advertisment Advertisement
This ad will close in  seconds. Skip now
advertisment Advertisement
advertisment Advertisement
advertisment Advertisement
advertisment Advertisement
Industry News

Microwave Technology: Directions and Measurement Requirements for the 21st Century

Highlights of a planned workshop that will review NIST support for the RF and microwave industry

June 1, 1998
/ Print / Reprints /
| Share More
/ Text Size+

Microwave Technology:
Directions and Measurement Requirements for the 21st Century

Dennis Friday
NIST
Boulder, CO

The Electromagnetic Fields Division of the National Institute of Standards and Technology’s (NIST) Electronics and Electrical Engineering Laboratory is hosting a workshop that will review NIST support for the RF/microwave industry. This workshop is a unique opportunity for industry to provide guidance for NIST program planning activities.

The primary purpose of this gathering is to create a forum wherein members of a broad cross section of the RF and microwave industry can present their visions of the future of microwave technology and the corresponding measurement needs in the context of the rapid technological advances and global economic changes currently taking place. The product will be a prioritized list of the measurement requirements that will best enhance industry competitiveness over the next five to 10 years.

The workshop’s secondary purpose is to critically assess NIST’s role in supporting present and future measurement traceability requirements for this technology and to explore new and potentially more efficient alternatives for establishing national measurement compatibility for microwave products and systems in the 21st century. Participants will evaluate the effectiveness of current measurement services, explore alternative methods for ensuring measurement traceability and new modes for technical support to industry, and receive the opportunity to communicate special needs and concerns. The results of this workshop will provide guidance for planning and, if necessary, restructuring microwave measurement service programs.

The benefit to NIST is timely information from our customers that will enable us to enhance national competitiveness by implementing the most efficient processes for national measurement compliance, allocating limited resources to address the highest priority industry needs and broadening the traditional scope of measurement support to industry. Possible examples of broader measurement support include the development of recommended test and measurement methods, and guidelines for industrial uncertainty analyses.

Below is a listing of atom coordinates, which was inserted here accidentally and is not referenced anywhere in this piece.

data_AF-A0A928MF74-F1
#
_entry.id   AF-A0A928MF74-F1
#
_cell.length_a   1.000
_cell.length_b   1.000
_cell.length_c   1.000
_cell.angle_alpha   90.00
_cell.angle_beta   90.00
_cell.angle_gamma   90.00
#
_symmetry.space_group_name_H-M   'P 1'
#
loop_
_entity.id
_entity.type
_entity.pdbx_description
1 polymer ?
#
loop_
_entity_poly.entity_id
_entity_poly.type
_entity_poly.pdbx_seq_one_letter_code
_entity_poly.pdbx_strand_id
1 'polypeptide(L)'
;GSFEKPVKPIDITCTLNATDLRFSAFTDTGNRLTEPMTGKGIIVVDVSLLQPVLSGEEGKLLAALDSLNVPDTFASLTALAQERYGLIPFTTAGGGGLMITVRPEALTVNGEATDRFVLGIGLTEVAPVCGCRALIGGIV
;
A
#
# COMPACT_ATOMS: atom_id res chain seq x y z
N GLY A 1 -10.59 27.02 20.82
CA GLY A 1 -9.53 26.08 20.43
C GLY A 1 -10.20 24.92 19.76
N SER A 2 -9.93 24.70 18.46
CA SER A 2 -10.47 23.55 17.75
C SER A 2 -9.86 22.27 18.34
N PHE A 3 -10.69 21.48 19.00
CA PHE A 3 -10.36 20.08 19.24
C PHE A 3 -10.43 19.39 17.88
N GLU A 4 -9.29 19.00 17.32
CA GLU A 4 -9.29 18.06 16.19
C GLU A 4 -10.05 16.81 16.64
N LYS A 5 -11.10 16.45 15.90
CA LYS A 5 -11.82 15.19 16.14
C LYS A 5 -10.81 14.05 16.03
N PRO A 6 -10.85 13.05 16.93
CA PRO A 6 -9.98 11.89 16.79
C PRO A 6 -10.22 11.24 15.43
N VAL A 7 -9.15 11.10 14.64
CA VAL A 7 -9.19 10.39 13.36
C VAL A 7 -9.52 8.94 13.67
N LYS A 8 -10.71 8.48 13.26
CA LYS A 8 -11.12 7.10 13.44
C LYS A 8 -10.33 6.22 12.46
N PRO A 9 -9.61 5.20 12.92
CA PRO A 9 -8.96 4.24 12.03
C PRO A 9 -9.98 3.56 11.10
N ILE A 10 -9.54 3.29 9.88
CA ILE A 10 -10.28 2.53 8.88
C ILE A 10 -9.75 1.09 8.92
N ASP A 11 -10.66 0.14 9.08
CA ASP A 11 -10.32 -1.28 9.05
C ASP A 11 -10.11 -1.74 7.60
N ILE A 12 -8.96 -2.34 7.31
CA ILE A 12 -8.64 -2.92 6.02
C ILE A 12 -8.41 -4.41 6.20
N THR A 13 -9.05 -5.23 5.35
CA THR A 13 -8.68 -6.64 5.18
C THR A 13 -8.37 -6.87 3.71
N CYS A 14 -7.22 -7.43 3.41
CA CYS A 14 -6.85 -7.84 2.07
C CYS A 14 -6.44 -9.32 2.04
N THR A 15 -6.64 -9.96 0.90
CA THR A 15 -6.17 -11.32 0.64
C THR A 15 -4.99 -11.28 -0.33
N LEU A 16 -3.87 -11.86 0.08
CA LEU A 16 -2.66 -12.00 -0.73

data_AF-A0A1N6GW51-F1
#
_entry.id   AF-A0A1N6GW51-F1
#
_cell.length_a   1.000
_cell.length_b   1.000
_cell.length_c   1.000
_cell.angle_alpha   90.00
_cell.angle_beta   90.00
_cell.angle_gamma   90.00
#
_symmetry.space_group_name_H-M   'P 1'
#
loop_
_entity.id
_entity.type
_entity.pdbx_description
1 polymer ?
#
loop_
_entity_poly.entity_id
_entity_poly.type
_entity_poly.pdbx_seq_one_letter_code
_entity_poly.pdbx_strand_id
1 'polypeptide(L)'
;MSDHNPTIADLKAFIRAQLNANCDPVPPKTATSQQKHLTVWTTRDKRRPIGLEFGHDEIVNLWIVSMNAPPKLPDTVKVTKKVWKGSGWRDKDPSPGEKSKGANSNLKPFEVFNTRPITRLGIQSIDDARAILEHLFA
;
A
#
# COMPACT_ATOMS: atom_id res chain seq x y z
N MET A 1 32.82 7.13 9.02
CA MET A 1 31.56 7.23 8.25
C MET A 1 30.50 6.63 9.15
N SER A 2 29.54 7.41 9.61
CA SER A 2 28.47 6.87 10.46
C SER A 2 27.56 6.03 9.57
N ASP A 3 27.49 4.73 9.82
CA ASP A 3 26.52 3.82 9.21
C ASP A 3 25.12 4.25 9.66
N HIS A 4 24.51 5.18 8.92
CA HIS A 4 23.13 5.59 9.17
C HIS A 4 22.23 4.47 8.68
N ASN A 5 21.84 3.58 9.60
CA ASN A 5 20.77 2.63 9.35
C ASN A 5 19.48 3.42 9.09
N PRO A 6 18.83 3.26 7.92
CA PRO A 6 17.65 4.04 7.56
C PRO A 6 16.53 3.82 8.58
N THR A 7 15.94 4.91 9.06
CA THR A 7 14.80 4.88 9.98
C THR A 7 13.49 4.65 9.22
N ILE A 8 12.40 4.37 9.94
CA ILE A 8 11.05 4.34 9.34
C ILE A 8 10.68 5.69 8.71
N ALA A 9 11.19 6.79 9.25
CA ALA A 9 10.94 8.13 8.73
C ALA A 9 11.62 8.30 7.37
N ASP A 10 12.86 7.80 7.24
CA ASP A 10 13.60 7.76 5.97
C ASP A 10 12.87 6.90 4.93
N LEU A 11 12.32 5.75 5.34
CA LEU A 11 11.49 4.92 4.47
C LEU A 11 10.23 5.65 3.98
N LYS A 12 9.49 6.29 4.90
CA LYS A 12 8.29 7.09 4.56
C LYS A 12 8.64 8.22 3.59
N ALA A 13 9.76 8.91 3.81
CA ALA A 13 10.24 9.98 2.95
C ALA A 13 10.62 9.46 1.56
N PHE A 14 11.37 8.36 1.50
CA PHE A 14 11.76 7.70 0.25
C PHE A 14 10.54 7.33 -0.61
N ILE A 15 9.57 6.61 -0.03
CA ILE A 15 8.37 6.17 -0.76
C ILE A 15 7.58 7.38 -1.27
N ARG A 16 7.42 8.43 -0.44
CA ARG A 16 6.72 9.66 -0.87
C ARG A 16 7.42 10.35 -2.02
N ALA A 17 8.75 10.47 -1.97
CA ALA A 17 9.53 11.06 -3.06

Technology Focus

The workshop will focus on metrology that supports the characterization of guided-wave components, devices and systems (active as well as passive), including the traditional coaxial and waveguide transmission line-based NIST programs relating to impedance, scattering parameters, power, thermal noise, attenuation and RF voltage. The future of this technology is of special interest. Also included are NIST programs for MMICs and on-wafer measurements and standards, and other measurement issues related to integrated microwave technology. The measurement of the electromagnetic properties of thin-film and bulk materials at microwave frequencies is also relevant, as are newer NIST programs in broadband and nonlinear circuit analysis, measurement of passive intermodulation products and measurements for wireless systems performance. Among the topics not included in the scope of this workshop are NIST programs in antenna characterization, standard electromagnetic (EM) fields and EM compatibility. NIST also is open to suggestions for new services and programs that are not presently provided but fall within these broad boundaries.

Rationale

In recent years, systematic efforts to forecast the future of microwave technology and its long-term measurement needs have not been made while major technology roadmaps for other technology crosscuts have been developed. The immediate challenges and new measurement requirements of integrated technologies are receiving substantial attention in technical symposia, but forward-looking technology forecasts do not exist. Coaxial and waveguide technologies, which have experienced only incremental advances in recent years, remain critical to the commercial infrastructure and also suffer from a lack of systematic planning.